Banks and businesses planning to move from London are upping the Brexit appeal of Paris real estate.
Global firms are evaluating relocating their financial headquarters from London to other EU cities. Paris is expected to be one of the primary beneficiaries.
Though article 50 was triggered in March, the process will take two years. Details of the terms of separation for Brexit are still unknown. The recent snap elections open the possibility of a ‘soft Brexit.’ Yet many major companies and the British Bankers Association (BBA) are basing their plans on a ‘hard Brexit.’
Whatever the outcome of the negotiations, international banks are expecting to move staff and operations. Many will emigrate from the UK’s financial center of London over the next two years. This is to guarantee access to the EU market.
Some 70,000 jobs could be relocated abroad from the UK’s finance industry, according to lobby group TheCityUK. This would be the case if the UK government reduces trading access to European markets to gain immigration controls.
Brexit Appeal of Paris Real Estate for Foreign Banks
Paris is one of the likely destinations, along with Frankfurt, Luxembourg, Malta, Amsterdam and Dublin. Paris is already the biggest asset management center in continental Europe. Its excellent healthcare system and the quality of its schools also give it a competitive edge.
Arnaud de Bresson is chief executive of Paris Europlace, the French financial district. He says: “Our estimate is that close to 10,000 people in the financial sector could move from London to Paris in the next few years. Paris is getting fully organised for that.”
He is urging reforms to make Paris real estate and fiscal conditions more attractive to bankers.
“We will continue to push vigorously for new tax and social improvements for companies,” de Bresson says.
Tired of the fog? Try the Frogs!
“Tired of the fog? Try the Frogs! Choose Paris La Defense” is the slogan of Paris’ financial district. It has launched an advertising campaign in London to stress the Brexit appeal of Paris real estate. Paris city officials are proposing everything from tax breaks to easing of employment laws.
“We believe that there will be strong occupational demand” from banks and financial services companies, says Jeremy Plummer. He’s the CEO for Europe, the Middle East and Africa at CBRE Global Investors. They manage about €84 billion of real estate globally. “We believed that before Brexit. But we believe it even more now because of the inquiries coming from companies seeking to locate some functions in other locations.”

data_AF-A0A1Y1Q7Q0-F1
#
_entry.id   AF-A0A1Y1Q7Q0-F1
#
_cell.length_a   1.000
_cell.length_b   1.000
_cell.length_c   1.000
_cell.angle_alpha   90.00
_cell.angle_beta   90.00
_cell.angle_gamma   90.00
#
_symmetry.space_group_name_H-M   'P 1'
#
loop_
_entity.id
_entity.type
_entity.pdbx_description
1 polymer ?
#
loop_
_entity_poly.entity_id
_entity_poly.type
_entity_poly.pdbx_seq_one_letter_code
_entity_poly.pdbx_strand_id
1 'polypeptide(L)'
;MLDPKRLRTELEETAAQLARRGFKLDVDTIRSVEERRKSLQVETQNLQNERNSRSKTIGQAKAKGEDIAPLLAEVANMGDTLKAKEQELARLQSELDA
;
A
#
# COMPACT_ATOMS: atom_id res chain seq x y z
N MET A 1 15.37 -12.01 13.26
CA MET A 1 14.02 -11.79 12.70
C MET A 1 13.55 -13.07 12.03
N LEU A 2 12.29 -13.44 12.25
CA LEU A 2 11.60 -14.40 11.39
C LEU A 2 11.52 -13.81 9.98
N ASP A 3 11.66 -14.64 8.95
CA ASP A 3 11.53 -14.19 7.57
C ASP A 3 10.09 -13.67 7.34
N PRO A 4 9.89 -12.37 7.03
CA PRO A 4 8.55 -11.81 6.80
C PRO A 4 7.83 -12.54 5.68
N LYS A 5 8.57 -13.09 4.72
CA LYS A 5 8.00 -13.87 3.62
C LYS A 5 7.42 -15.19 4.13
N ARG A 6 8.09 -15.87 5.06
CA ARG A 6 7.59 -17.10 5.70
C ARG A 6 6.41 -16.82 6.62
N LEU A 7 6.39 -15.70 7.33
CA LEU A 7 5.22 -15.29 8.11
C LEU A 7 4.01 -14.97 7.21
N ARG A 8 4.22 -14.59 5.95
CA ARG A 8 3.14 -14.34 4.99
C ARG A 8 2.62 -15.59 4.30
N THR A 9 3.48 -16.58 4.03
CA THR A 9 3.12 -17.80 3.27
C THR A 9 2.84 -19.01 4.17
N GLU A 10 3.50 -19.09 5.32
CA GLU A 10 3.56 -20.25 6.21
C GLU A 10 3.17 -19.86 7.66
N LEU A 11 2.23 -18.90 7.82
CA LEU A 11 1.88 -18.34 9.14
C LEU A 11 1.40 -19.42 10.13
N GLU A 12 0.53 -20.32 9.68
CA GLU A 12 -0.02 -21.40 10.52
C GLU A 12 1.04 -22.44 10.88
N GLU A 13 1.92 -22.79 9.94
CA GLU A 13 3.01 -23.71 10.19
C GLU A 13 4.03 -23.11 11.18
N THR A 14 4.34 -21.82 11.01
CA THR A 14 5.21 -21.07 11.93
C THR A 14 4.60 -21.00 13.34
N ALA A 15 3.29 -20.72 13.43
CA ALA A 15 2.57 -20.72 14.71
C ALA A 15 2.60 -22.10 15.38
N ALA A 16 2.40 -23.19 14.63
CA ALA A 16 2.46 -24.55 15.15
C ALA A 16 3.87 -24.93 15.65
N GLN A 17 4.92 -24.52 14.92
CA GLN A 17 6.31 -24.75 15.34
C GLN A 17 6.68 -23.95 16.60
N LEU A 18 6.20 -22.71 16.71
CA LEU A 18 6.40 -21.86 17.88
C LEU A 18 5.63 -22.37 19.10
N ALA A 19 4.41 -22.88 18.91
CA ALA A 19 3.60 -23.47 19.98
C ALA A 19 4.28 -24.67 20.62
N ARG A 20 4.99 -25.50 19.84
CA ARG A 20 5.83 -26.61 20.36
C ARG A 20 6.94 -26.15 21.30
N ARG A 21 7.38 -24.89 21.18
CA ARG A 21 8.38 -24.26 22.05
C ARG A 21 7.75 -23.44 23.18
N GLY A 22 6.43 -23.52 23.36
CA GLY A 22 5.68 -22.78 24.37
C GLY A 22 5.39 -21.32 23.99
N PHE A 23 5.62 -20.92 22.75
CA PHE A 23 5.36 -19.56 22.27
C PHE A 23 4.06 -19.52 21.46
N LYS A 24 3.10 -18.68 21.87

Schroder European Real Estate Investment Trust has raised funds through a share placing to buy €150 million of assets in Europe. The company is positioning to “capitalize on any structural change which may result from a progressive shift of occupiers from the UK to major EU cities.”
Many French banks now have significant operations in London. If they are to move, they will most likely choose Paris. This is the view of Wolfgang Behrendt, head of global real estate for Europe at UBS Group AG’s asset management unit.
Brexit looks set to bring a boon to the commercial real estate sector in Paris. It is already showing a strong performance. Commercial real estate investment was up 14% in 2016 over the previous year.
Asian Investments Shifting to France and Germany
The European Public Real Estate Association (EPRA) sees an increased interest from Asian investors. In the past, London was their first choice. Brexit is progressively changing that.
According to Philip Charls, EPRA’s chief executive, these days Asian investors are having a closer look at retail properties and office buildings in Paris and Frankfurt.
Brexit Effect on Residential Real Estate
The influx of finance company employees will also increase demand for residential real estate in Paris. French bankers based in London are already investing in Paris residential property in anticipation of their return to France. Historically low mortgage rates and sound investment returns also make the investment appealing.
Meanwhile, the French capital is seeing a continued upturn in the sale of Paris residential real estate that began in early 2016. The sales figures for 2017 look set to exceed the market peak reached in 2012.
56Paris has been closely following the effects of this major event since the referendum one year ago. We’ll keep you up to date on Brexit-related developments and their impact on Paris real estate. To discuss your specific project further and learn more about investing in Paris, you can contact us here.